Researching Acquisition Sequences: Idealization and De‐idealization in SLA
Ellis, R. (2015)., Language Learning Early view
“learners of different ages, with and without instruction, in foreign and second language settings, follow similar developmental sequences for such items as English negation”
Ellis develops an epistemological framework drawing on idealisation theory in the philosophy of science (Leszek Nowak, Cliff Hooker, Michael Weisberg) which he then applies to four successive studies of L2 negation in the same dataset, from 1978 to 2011. While retaining an interest in variation both at the level of learner language and theory development, he concludes that research generally supports the developmental sequence model of second language acquisition.
What follows is my own summary of Ellis’ argument in this 2015 Language Learning article. The references are his; I haven’t included dates in the text.
Early, cognitive models of SLA (Corder) based on developmental stages have been challenged by socio-cognitive theory (Watson-Gegeo, Lantolf), discourse/conversation analysis (Firth & Wagner), and dynamic systems theory (Larsen-Freeman, de Bot et al.). Ellis argues that we should therefore “reevaluate the long-held claim that the acquisition of L2 grammatical features involves predictable and universal stages of development” (p. 2).
Research in interlanguage variation (Ellis, Tarone) shows that such stages are an idealisation. Order of acquisition studies (Dulay & Burt), work on sequences of acquisition (Dulay, Burt & Krashen), and developmental sequence research (Pieneman & colleagues) have variously measured the emergence and stabilisation of morphemes and syntactic forms in learner language. Variation in the production of these forms has been related to factors such as context (Tarone, Ellis), form-function mapping (Schachter), and creative speech versus formulaic chunks (N. Ellis). This research appears to call into question “the existence of clearly delineated stages of acquisition and also emphasize the differences in the L2 development of individual learners.” The alternative term “trajectories of learning” is preferred to “sequences of acquisition.”
To judge these different types of research, R. Ellis asks
- What exactly is a theory?
- What is the process by which theories are developed?
- What constitutes robust empirical evidence?
He reviews the investigation of developmental sequences in L2 acquisition by researchers using “set-of-laws theory,” or “research-then-theory” (as opposed to “axiomatic-causal theory,” or “theory-then-research”). Following Long, this work has focused on selecting a phenomenon such as negation, examining samples of learner language to identify systematic patterns, and then proposing generalisations about the acquisition of this interlanguage feature. These generalisation are idealisations, being accurate, though simplified, theoretically tenable, intelligible, and empirically verifiable (Hooker). An idealisation neglects secondary factors (Nowak) and intentionally distorts, for pragmatic reasons, or as a minimalist model (Weisberg). For Hooker, idealisation can have a positive effect (“simplifying,” when based on correctible quantitative error) or a negative effect (“degenerate,” based on conceptual error).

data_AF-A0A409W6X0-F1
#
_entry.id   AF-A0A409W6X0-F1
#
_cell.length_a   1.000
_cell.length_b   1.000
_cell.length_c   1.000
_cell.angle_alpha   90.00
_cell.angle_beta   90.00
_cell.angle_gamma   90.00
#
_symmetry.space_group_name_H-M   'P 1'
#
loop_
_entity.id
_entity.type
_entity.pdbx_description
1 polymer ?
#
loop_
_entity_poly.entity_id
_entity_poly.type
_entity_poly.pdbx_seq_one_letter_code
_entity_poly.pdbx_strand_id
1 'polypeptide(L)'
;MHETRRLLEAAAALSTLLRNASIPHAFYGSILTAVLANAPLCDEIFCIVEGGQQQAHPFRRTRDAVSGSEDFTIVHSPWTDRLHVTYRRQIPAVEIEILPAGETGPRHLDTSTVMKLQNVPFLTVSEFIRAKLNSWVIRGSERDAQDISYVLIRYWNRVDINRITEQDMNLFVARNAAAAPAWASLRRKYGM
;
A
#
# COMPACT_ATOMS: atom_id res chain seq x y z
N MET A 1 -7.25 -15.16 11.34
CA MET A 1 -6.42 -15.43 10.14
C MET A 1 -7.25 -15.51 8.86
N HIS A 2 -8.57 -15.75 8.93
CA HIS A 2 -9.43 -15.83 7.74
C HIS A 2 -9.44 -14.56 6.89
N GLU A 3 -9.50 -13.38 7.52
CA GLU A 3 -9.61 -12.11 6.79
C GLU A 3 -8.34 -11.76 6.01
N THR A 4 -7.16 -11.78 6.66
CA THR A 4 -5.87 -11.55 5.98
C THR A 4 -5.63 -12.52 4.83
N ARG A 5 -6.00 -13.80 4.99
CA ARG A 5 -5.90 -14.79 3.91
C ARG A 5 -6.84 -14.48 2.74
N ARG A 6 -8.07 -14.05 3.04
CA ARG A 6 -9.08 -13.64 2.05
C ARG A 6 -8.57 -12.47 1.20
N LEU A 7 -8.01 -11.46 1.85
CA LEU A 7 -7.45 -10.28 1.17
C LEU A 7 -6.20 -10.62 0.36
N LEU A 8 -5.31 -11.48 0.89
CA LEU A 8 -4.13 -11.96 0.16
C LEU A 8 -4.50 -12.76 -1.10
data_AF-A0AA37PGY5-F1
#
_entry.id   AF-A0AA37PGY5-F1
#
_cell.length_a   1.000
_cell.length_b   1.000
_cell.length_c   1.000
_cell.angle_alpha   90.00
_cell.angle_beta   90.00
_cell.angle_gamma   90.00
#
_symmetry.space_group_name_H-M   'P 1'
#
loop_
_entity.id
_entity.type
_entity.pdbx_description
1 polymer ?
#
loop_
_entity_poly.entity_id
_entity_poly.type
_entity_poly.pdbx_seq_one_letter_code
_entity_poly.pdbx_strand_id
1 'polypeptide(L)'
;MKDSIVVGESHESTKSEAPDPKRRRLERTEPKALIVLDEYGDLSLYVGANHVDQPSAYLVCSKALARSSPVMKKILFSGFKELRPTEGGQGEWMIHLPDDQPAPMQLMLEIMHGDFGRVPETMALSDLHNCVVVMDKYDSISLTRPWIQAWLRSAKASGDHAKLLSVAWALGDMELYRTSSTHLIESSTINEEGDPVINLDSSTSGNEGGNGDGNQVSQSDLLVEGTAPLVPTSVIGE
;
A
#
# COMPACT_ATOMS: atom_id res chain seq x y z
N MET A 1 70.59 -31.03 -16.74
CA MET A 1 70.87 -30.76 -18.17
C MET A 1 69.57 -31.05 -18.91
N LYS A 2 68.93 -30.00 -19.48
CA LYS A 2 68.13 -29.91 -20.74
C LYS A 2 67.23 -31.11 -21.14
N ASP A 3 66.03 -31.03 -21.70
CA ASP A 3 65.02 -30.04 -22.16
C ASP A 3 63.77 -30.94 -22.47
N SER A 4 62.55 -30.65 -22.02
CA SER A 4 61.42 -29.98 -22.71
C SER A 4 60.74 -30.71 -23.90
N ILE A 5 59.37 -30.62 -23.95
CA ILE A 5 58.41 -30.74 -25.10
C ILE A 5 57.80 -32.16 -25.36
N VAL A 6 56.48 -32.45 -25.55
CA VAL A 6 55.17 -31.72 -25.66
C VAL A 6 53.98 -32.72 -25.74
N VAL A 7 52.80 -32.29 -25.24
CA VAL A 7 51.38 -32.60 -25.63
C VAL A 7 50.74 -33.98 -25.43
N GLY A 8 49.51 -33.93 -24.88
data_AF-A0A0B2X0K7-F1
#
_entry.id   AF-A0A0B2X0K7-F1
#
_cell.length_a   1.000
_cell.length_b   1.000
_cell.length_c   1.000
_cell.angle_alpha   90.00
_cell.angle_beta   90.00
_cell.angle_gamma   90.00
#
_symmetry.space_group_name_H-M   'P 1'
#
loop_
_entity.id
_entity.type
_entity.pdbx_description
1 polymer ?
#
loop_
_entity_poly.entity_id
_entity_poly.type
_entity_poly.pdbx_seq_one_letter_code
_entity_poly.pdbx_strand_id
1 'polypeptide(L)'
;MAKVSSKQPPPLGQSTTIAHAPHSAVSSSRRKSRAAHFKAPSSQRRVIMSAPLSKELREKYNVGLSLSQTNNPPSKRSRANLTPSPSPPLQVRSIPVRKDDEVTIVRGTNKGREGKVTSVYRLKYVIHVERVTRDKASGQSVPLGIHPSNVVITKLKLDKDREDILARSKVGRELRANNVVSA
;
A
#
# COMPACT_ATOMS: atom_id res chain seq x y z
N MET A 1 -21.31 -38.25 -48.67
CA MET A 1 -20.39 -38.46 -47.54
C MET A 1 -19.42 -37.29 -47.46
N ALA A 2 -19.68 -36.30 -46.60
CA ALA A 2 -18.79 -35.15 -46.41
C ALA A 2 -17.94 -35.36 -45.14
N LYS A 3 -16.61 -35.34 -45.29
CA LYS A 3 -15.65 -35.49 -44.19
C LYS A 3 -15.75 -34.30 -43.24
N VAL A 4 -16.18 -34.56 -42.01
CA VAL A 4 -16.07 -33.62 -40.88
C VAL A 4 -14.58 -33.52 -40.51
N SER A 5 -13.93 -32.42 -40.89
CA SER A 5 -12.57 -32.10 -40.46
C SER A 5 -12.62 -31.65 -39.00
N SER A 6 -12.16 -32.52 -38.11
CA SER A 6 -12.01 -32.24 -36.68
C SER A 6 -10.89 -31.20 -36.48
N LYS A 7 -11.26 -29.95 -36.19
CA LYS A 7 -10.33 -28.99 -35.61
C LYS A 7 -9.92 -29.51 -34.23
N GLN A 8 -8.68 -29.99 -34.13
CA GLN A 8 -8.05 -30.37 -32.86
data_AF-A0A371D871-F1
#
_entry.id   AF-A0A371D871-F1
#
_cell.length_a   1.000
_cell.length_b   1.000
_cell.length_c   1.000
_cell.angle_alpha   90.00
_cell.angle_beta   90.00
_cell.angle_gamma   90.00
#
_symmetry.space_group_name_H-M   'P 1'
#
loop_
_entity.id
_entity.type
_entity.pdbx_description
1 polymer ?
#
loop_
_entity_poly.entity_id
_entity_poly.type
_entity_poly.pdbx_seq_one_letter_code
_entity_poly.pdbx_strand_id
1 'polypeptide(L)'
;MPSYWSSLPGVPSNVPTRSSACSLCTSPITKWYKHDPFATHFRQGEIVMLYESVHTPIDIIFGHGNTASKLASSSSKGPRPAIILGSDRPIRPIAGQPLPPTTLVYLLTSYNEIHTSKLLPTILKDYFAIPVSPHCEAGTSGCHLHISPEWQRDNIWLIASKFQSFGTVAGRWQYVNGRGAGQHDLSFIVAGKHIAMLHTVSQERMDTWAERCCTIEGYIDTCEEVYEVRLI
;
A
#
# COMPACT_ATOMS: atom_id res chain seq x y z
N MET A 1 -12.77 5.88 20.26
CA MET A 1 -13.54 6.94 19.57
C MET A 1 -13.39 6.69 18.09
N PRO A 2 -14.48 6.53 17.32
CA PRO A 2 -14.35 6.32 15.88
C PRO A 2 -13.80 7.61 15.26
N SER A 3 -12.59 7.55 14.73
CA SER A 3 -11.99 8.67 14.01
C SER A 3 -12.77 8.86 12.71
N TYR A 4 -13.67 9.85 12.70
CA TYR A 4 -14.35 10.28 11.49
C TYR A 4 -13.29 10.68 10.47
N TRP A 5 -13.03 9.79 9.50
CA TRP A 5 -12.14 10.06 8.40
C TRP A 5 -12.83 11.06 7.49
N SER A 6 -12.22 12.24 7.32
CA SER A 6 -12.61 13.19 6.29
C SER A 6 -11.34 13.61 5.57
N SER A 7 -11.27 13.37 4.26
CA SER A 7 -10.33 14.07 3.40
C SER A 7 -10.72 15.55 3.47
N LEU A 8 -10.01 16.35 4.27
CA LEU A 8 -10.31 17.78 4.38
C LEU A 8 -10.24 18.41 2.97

Weisberg argues for multiple models to achieve greater generality, accuracy, precision and simplicity and Ellis concurs, since “theories (and the idealizations that constitute them) can only be judged in terms of the specific domain they address.” He takes a relativist stance, following Schumann’s position that “all knowledge is subjective and reality is multiple.” He further argues that theories can be de-idealised without abandonment.
L2 negation studies
Applied to the question of acquisitional sequences, Ellis reviews four approaches to Cancino et al.’s 1978 data from six naturalistic learners of English in their first year after arrival in the US, involving both spontaneous and elicited oral production from two young, two adolescent and two adult Spanish speakers collected over a 10-month period.
- Cancino et al’s original analysis discarded memorised chunks (e.g. I don’t know) and calculated frequency of types of negation over time to produce a universal developmental sequence. Not all subjects had reached the end of the sequence by the end of the study, and one was considered to have stopped developing (fossilised; Alberto).
- Schachter then reanalysed data from another of the six learners (Jorge) to relate different forms of negation to discourse function (e.g., rejection, affirmation).
- In the third study, Berdan conducted a more sophisticated frequency analysis to show systematic use and development of negation in the learner originally considered to have fossilised.
- Finally, Van Dijk et al took a dynamic systems approach and through statistical analysis highlighted the importance of interlearner variation which was related to age. This analysis also showed random variability in use of negation forms for one learner.
These results call into question Long’s claim that L2 learners follow similar developmental sequences. They show it to be a simplifying idealisation which nonetheless holds up well in the four studies examined. Ellis argues that these studies de-idealise the theory in helpful ways, particularly for those who seek to apply SLA research findings to instruction. (In this respect, the dynamic systems analysis does not offer an improved model.) Since the studies focused on untutored learners with the same L1/L2 pairing, the effects of instruction, and of other languages, must be verified. In the meantime, however, R. Ellis suggests that his arguments drawn from the philosophy of science should militate against discarding Long’s developmental sequence “law.”
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